Most of the inner residential areas of Petersburg look like this, with original residences still standing. They tend to be of small to medium size, with wooden construction—frames, siding, windows and porches. Few have been improved with more modern housing materials. A noticeably high number of these houses are abandoned and boarded up, and many also have large gaps between them owing to the demolition of other housing. As of 2000, when the last census was taken, Petersburg had 16,955 houses, and 2,156, or nearly 14 percent of them, were vacant. [1] These vacant houses are concentrated in the innermost and oldest areas of the town, with somewhat newer housing built on its outskirts.

Average home values are also low: 23.5 percent of housing is worth $50,000 or less, and a further 61.6 percent is valued between $50,000 and $99,000. The median value of a house in Petersburg at the time of the 2000 census was just $68,600, while in adjacent Chesterfield County the median was $120,500. That county has seen large growth fueled by management, financial and research jobs in the nearby city of Richmond; in 2002 there were 3,319 building permits for housing units there. The same year in Petersburg, there were just eight—even though most housing was built decades, or even a century, ago.[2]

The deteriorating character of the housing stock in Petersburg, however, does not make it affordable for many in the city: 30 percent of residents are paying 35 percent or more of their income towards rent, and 21 percent are paying that much or more towards mortgages. [1] The Hazer family could not even afford rent or utilities. A sub-landlord reportedly was charging them $100 per room per week.

Petersburg had a poverty rate of 18.5 percent in 2003, a figure that vastly underestimates the scale of poverty, given that the official poverty line is far lower than what is required for basic necessities. A Petersburg Progress-Index article on energy bill assistance carried a comment by Kim Robertson of the local American Red Cross: “We get a lot of calls [for energy assistance]. It’s constant. To me, it seems like a continuing thing.” According to the National Fuel Funds Network, an estimated 30 million families qualify for energy assistance nationwide, but only 6.2 million received it in 2006.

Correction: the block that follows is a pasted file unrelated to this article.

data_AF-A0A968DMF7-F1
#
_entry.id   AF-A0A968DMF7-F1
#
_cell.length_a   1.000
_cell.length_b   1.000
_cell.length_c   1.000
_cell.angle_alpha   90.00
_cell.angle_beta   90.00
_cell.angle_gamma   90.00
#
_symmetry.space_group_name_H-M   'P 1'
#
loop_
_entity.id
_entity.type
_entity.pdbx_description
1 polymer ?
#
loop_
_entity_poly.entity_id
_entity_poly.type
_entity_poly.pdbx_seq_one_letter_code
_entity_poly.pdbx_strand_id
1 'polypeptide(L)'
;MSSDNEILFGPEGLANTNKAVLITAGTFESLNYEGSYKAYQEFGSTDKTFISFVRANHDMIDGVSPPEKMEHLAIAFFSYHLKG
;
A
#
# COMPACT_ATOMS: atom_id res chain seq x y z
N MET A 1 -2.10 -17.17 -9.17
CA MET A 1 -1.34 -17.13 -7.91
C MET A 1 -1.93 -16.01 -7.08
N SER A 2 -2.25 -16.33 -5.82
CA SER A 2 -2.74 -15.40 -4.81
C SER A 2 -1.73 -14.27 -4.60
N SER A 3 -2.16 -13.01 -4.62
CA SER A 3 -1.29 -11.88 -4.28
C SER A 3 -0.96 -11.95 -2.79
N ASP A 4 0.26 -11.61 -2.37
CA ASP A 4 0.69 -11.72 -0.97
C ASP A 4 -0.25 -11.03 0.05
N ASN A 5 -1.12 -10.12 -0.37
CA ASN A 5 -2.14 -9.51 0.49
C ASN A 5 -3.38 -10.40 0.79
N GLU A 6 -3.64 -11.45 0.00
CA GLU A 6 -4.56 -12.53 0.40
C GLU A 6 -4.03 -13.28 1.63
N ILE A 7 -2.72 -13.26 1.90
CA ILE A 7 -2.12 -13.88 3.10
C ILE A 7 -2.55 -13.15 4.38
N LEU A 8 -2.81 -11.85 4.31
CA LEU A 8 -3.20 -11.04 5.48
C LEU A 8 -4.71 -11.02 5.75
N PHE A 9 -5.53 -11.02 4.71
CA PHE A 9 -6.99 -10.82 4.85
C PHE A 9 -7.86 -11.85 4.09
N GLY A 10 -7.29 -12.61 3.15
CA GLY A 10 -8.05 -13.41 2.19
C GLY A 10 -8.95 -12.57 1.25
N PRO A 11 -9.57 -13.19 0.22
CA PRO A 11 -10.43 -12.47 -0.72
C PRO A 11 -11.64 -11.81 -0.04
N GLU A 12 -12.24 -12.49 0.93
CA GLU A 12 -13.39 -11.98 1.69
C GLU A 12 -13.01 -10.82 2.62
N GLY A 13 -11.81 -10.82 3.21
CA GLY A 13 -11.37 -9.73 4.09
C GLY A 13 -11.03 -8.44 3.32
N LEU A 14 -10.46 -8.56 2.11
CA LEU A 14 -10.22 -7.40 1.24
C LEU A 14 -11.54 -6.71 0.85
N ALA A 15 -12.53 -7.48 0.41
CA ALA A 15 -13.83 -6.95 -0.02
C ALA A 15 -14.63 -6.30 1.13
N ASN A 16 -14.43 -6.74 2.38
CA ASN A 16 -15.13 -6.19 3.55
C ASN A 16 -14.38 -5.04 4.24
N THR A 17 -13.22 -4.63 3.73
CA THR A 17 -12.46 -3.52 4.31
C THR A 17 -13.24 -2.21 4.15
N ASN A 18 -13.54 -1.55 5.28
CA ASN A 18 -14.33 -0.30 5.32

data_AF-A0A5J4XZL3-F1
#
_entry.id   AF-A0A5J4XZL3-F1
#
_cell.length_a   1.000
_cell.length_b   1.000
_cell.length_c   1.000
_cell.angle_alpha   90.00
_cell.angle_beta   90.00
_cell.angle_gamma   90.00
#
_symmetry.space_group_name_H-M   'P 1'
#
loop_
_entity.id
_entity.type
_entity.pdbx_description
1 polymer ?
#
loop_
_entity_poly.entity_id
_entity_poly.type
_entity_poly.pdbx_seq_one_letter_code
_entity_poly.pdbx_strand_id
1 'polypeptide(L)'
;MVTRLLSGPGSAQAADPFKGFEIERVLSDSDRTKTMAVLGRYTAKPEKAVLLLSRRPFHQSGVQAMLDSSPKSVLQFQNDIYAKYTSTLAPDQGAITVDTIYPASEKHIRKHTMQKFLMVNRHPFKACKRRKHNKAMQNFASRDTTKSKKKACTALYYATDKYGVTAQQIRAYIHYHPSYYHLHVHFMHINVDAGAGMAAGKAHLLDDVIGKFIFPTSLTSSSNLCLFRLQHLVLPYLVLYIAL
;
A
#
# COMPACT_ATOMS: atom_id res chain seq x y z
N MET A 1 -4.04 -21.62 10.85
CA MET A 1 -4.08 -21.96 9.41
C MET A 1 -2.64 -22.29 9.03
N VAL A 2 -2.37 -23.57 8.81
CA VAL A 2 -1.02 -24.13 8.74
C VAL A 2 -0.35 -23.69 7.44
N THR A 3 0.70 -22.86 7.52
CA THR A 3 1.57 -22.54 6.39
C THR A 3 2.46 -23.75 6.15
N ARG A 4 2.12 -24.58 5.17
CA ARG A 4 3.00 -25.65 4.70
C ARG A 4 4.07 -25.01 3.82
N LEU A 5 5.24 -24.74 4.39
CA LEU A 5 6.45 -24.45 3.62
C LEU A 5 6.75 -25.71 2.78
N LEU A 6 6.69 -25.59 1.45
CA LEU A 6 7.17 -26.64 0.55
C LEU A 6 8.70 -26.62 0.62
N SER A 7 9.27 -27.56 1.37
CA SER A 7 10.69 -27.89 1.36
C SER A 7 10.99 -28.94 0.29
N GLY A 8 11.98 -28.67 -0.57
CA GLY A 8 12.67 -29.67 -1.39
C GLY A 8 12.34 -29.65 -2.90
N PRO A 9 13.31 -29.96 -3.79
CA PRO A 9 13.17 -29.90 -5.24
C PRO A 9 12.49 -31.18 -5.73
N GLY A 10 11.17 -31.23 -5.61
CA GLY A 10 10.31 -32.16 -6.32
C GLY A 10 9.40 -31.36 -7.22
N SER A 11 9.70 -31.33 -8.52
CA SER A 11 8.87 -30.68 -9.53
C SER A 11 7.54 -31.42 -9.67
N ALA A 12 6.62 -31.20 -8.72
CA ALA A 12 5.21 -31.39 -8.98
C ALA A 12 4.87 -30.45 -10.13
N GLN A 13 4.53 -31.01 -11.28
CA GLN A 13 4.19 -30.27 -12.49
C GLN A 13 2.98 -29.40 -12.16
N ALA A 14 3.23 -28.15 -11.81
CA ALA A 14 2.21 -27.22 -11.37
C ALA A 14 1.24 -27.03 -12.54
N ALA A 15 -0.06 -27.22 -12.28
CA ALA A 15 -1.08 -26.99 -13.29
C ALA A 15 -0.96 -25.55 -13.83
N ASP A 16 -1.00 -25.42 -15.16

Education, culture, transportation

Over 30 percent of those living in Petersburg do not have a high school diploma, which is an essential requirement for jobs offering anything more than the lowest wages. A statewide school testing program, Standards of Learning, is used at all public schools to determine effectiveness. While it is a stressful and crude gauge of the amount children are learning, it is notable that only one of Petersburg’s nine schools was able to pass and gain accreditation. In response, a private consulting firm was hired to do an “efficiency review” in the school district. The review focuses not on the quality of education, but the cost. Its proposals could save the district $19 million over the next five years, through a reduction of staff, including middle and high school teachers.

Downtown Petersburg offers little in the way of recreation or culture. Along the main commercial street, many businesses are empty, boarded up, or dormant, while what remains closes early. There is no movie theater in the center of town, with the closest one a few miles away on a major highway. Gas Stations, car dealerships and convenience stores radiate around the city center. Along a few miles of US 301, which passes through the town, there are 14 check cashing stores, four payday loan stores, and four pawnshops.

The last census reported that 20 percent of households have no car, and 40 percent have only one. [1] For local service, Petersburg operates a bus system between 6:30 in the morning and 5:30 at night, Monday through Saturday, with shutdowns for 11 holidays. Residents complain bitterly about the insufficient public transit, which ends just as those working normal hours—9 a.m. to 5 p.m.—would get off work. For those working overtime, overnight, weekends or holidays, there is no service.

Private bus carriers and the national passenger rail system, Amtrak, operate through Petersburg with limited service. After decades of cutbacks, the latter only operates trains through the city north and south, with nearby cities to the west and east only available by way of circuitous and time-consuming routes. While highway transport is prominent, with three major interstates converging in the area, many of the region’s jobs are based near these roads, making it difficult for those without a car to reach them.

A tattered economy

Petersburg is known for its role in the Civil War, as it was a strategic gateway to Richmond, Virginia, which the Union Army sought to cut off with a 292-day siege. It is located on the Appomattox River just before mountain topography makes it unnavigable, making it an important trading point and causing three railroads to converge in and around the city. With this infrastructure Petersburg developed a large industrial base, particularly for the South.